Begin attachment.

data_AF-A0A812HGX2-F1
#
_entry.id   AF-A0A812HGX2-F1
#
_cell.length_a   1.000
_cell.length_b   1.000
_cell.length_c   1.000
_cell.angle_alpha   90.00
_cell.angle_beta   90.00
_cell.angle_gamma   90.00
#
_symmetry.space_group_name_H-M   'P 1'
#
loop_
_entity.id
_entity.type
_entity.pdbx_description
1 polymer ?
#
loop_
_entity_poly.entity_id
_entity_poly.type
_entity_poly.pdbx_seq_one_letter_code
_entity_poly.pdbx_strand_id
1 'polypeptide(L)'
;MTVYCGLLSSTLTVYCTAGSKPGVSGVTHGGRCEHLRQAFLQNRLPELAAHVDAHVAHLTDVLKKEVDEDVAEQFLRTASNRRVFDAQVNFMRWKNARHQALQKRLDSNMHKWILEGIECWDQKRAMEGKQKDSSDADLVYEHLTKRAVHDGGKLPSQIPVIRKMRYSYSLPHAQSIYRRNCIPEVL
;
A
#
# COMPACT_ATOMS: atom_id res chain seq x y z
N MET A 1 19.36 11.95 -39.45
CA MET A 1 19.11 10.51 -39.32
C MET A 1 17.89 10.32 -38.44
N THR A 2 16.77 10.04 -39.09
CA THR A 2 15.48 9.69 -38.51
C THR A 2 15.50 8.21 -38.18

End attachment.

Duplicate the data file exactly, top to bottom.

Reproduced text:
data_AF-A0A812HGX2-F1
#
_entry.id   AF-A0A812HGX2-F1
#
_cell.length_a   1.000
_cell.length_b   1.000
_cell.length_c   1.000
_cell.angle_alpha   90.00
_cell.angle_beta   90.00
_cell.angle_gamma   90.00
#
_symmetry.space_group_name_H-M   'P 1'
#
loop_
_entity.id
_entity.type
_entity.pdbx_description
1 polymer ?
#
loop_
_entity_poly.entity_id
_entity_poly.type
_entity_poly.pdbx_seq_one_letter_code
_entity_poly.pdbx_strand_id
1 'polypeptide(L)'
;MTVYCGLLSSTLTVYCTAGSKPGVSGVTHGGRCEHLRQAFLQNRLPELAAHVDAHVAHLTDVLKKEVDEDVAEQFLRTASNRRVFDAQVNFMRWKNARHQALQKRLDSNMHKWILEGIECWDQKRAMEGKQKDSSDADLVYEHLTKRAVHDGGKLPSQIPVIRKMRYSYSLPHAQSIYRRNCIPEVL
;
A
#
# COMPACT_ATOMS: atom_id res chain seq x y z
N MET A 1 19.36 11.95 -39.45
CA MET A 1 19.11 10.51 -39.32
C MET A 1 17.89 10.32 -38.44
N THR A 2 16.77 10.04 -39.09
CA THR A 2 15.48 9.69 -38.51
C THR A 2 15.50 8.21 -38.18